The days of doctors toting black bags and treating patients in their living rooms may quickly be giving way to World Wide Web sites and disease-management companies. But at least one doctor is still making house calls.
Robert Kaplan, M.D., of the Edgewater Medical Center in Chicago visits patients through his "House Calls are Back" program, which allows disabled and elderly Chicago residents to receive care in the comfort of their own homes.
"My responsibility as a doctor is to do everything I can for my patients seven days a week, 24 hours a day," says Kaplan, who started his program one year ago.
"I think it's a beautiful program," says Evelyn Carter, a resident of Chicago's North Side whom Kaplan visits at her house once a month. "Before he started it, I had to pay my niece $20 to come take me to the doctor, and a lot of times I didn't feel like going because my foot hurt, so this has helped me 100%"
In addition to offering patients a full physical examination, Kaplan works with third parties to set up home-based medical procedures such as X-rays and echocardiograms. Kaplan's services are covered by commercial insurance and Medicare plans.
Edgewater Medical Center is compiling data on the number of patients who have taken advantage of the program since its inception.
Kudos to Kaplan for bringing the black bag back into medicine--let's hope other physicians will heed the call.
HMO rage. This is one of those cases: You know it was completely inappropriate for the Methuen, Mass., cardiologist to leave profanity-laced messages on an HMO's corporate answering machine--but you know exactly where he was coming from.
On July 20, the state Board of Registration in Medicine suspended the medical license of Albert Ghassemian, claiming he was "unstable and potentially violent" after he left messages with Blue Cross and Blue Shield of Massachusetts, calling employees "criminals" and threatening to "beat (them) to death."
Ghassemian has admitted making the calls, but he claims he meant no harm and was simply frustrated with the healthcare bureaucracy.
The state's chief administrative magistrate, Christopher Connolly, ruled on Aug. 16 that the doctor's threats were inappropriate but "hollow" and recommended Ghassemian get his license back.
Connolly sympathizes with the hot-headed doctor. In his ruling Connolly wrote: "He expressed frustration at today's modern methods of communication (incommunication), when one is unable to speak to a real person on the telephone but continually reaches a recording device, which apologizes for being unavailable and directs you to leave a message."
Star docs. To prove that he really does know more about healthcare than his opponent, Democratic presidential candidate Al Gore trotted out his son-in-law, Andrew Schiff, M.D., at an event at the Democratic National Convention in Los Angeles two weeks ago.
Schiff is married to Karenna Gore Schiff, the eldest daughter of the vice president and his wife, Tipper Gore. Schiff told the 100 or so gathered at the Omni Los Angeles Hotel that he was "thrilled" to be asked to participate in the Aug. 16 briefing, which was co-sponsored by the Service Employees International Union and Families USA, a consumer advocacy group.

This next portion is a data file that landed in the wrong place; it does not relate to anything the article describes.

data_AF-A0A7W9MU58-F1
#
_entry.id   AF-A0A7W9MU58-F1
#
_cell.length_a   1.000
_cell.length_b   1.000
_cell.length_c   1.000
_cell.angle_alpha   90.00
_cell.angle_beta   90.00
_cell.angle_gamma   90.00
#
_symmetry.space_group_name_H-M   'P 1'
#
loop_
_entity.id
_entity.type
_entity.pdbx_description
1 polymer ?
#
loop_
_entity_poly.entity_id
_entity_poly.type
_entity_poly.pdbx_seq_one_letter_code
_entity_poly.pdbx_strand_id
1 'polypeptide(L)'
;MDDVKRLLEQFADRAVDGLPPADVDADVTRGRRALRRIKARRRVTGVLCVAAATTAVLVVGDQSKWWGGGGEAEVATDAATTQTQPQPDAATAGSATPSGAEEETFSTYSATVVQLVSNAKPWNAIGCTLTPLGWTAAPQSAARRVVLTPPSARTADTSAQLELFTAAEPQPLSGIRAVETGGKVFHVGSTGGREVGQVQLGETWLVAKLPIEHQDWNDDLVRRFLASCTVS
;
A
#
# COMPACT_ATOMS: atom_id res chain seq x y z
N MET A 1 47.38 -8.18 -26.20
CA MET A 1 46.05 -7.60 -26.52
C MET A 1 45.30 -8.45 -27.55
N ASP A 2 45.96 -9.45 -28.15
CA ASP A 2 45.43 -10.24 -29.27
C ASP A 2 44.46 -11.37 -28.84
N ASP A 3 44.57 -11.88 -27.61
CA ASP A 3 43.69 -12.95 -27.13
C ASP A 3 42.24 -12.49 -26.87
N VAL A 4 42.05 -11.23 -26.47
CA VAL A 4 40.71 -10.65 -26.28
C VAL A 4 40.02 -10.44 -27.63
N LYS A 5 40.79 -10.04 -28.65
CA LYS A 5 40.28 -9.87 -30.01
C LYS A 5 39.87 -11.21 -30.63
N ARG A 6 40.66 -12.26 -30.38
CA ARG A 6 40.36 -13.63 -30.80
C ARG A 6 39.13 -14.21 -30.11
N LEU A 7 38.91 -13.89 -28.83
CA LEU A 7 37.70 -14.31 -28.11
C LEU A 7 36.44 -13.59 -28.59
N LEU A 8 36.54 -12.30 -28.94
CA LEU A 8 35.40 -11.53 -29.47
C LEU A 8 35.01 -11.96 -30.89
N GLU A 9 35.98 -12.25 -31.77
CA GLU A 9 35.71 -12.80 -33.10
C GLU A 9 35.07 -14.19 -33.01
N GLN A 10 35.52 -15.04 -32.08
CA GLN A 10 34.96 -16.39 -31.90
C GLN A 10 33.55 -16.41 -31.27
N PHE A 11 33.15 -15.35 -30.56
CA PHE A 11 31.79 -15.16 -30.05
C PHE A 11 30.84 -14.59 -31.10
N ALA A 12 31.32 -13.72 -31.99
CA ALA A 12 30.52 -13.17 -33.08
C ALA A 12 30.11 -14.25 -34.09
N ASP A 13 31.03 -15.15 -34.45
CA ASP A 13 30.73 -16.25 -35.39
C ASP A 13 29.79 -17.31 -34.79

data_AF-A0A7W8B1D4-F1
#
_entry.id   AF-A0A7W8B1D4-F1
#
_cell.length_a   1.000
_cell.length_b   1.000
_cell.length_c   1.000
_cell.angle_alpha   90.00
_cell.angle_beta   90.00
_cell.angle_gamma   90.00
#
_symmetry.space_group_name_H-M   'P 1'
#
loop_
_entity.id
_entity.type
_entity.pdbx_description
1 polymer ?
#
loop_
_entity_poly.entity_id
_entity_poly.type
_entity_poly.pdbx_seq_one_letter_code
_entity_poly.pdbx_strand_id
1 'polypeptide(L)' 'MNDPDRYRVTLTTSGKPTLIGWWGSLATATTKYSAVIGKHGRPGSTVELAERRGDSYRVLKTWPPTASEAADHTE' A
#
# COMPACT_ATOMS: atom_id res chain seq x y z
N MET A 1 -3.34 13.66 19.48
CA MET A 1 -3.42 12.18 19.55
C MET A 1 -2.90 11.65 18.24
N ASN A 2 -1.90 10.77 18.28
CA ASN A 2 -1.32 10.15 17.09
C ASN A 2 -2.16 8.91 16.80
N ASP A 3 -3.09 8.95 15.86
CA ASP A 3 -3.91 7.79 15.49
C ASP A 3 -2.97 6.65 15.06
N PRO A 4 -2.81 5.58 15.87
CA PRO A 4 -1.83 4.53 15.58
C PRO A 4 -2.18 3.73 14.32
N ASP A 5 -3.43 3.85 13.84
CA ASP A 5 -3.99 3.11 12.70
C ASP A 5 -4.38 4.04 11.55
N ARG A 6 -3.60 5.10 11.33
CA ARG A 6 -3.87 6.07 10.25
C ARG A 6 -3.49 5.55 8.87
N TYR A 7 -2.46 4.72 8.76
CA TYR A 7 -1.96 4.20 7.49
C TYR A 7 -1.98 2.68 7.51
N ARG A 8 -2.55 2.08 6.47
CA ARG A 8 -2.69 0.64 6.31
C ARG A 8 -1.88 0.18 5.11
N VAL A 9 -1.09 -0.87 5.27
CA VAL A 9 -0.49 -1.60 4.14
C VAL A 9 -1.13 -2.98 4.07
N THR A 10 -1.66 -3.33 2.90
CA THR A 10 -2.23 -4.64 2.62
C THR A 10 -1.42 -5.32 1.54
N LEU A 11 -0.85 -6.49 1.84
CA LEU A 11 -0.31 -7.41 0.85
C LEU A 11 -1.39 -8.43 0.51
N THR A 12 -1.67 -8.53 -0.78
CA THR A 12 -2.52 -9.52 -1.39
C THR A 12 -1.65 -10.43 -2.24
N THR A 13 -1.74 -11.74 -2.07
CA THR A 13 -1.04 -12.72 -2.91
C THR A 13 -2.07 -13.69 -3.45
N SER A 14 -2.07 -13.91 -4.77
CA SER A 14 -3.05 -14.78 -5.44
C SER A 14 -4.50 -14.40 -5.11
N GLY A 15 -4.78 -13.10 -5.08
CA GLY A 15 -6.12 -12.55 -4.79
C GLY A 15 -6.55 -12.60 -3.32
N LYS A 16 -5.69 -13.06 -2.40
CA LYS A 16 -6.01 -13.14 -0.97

Schiff practices primary-care medicine at 2,278-bed New York Presbyterian Hospital. "I know my father-in-law will fight for a patient's bill of rights, so physicians and patients can make decisions about care, not HMOs," he said, to applause.
"Every time I see a family coming into the (emergency room) three times a week to get asthma therapy for their child, it breaks my heart," Schiff added.
Following Schiff at the podium was a man who isn't a doctor, but plays one on TV--Anthony Edwards, one of the stars of the hit drama series "ER."
About Schiff, the balding Edwards quipped: "He really does look like a real doctor, doesn't he? Too much hair, though."
A beer is a beer. In terms of attendance, the media lounge sponsored by the Chicago-based Blue Cross and Blue Shield Association and BellSouth at the Democratic National Convention in Los Angeles a couple of weeks ago beat out its counterpart at the Republican National Convention in Philadelphia last month. The Democratic version drew an average of about 2,400 visitors a day, compared with the Republican daily average of about 1,600.
Of course, as is so often in politics and healthcare, there was a catch within the numbers: Convention organizers allowed the Democratic lounge to stay open about three-and-half hours a day longer than the Republican lounge, according to Blues association spokesman Bill Pierce. Why? No real reason other than different host committees from the association have different rules.
However, there was no surprise as to the most popular beverage among members of the media attending the lounge: Pierce estimated that the fourth estaters guzzled about 900 bottles of free beer a day at the Los Angeles convention, and the media imbibed about 600 freebie bottles at the GOP convention.
Outliers suspected as much, particularly when a lounge bartender could only manage a stoic nod when asked if the brew was moving briskly. That may be why the aspirin-laden first-aid kits distributed at the lounges were also popular-Pierce said about 8,000 were snapped up during the two conventions.